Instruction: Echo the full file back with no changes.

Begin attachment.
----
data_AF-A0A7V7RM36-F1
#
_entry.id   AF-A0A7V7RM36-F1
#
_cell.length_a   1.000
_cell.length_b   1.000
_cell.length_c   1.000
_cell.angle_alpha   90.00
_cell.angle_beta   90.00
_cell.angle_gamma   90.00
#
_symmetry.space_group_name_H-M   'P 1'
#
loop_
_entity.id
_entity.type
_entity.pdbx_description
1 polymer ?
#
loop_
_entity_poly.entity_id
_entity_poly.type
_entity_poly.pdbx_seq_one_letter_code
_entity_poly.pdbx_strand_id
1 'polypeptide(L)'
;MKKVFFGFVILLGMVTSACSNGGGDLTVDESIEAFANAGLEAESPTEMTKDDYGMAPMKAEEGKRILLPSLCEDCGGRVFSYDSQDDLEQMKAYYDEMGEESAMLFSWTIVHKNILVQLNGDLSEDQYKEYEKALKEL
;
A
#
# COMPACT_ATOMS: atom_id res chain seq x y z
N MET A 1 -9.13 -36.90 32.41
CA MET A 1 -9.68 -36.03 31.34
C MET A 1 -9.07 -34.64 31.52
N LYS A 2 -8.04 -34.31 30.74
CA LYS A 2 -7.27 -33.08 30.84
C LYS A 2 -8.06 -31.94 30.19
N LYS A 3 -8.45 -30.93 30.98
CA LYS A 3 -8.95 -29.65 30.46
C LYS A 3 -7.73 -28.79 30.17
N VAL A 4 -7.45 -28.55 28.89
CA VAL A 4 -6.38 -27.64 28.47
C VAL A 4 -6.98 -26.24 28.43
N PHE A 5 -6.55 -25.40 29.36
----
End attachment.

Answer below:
data_AF-A0A7V7RM36-F1
#
_entry.id   AF-A0A7V7RM36-F1
#
_cell.length_a   1.000
_cell.length_b   1.000
_cell.length_c   1.000
_cell.angle_alpha   90.00
_cell.angle_beta   90.00
_cell.angle_gamma   90.00
#
_symmetry.space_group_name_H-M   'P 1'
#
loop_
_entity.id
_entity.type
_entity.pdbx_description
1 polymer ?
#
loop_
_entity_poly.entity_id
_entity_poly.type
_entity_poly.pdbx_seq_one_letter_code
_entity_poly.pdbx_strand_id
1 'polypeptide(L)'
;MKKVFFGFVILLGMVTSACSNGGGDLTVDESIEAFANAGLEAESPTEMTKDDYGMAPMKAEEGKRILLPSLCEDCGGRVFSYDSQDDLEQMKAYYDEMGEESAMLFSWTIVHKNILVQLNGDLSEDQYKEYEKALKEL
;
A
#
# COMPACT_ATOMS: atom_id res chain seq x y z
N MET A 1 -9.13 -36.90 32.41
CA MET A 1 -9.68 -36.03 31.34
C MET A 1 -9.07 -34.64 31.52
N LYS A 2 -8.04 -34.31 30.74
CA LYS A 2 -7.27 -33.08 30.84
C LYS A 2 -8.06 -31.94 30.19
N LYS A 3 -8.45 -30.93 30.98
CA LYS A 3 -8.95 -29.65 30.46
C LYS A 3 -7.73 -28.79 30.17
N VAL A 4 -7.45 -28.55 28.89
CA VAL A 4 -6.38 -27.64 28.47
C VAL A 4 -6.98 -26.24 28.43
N PHE A 5 -6.55 -25.40 29.36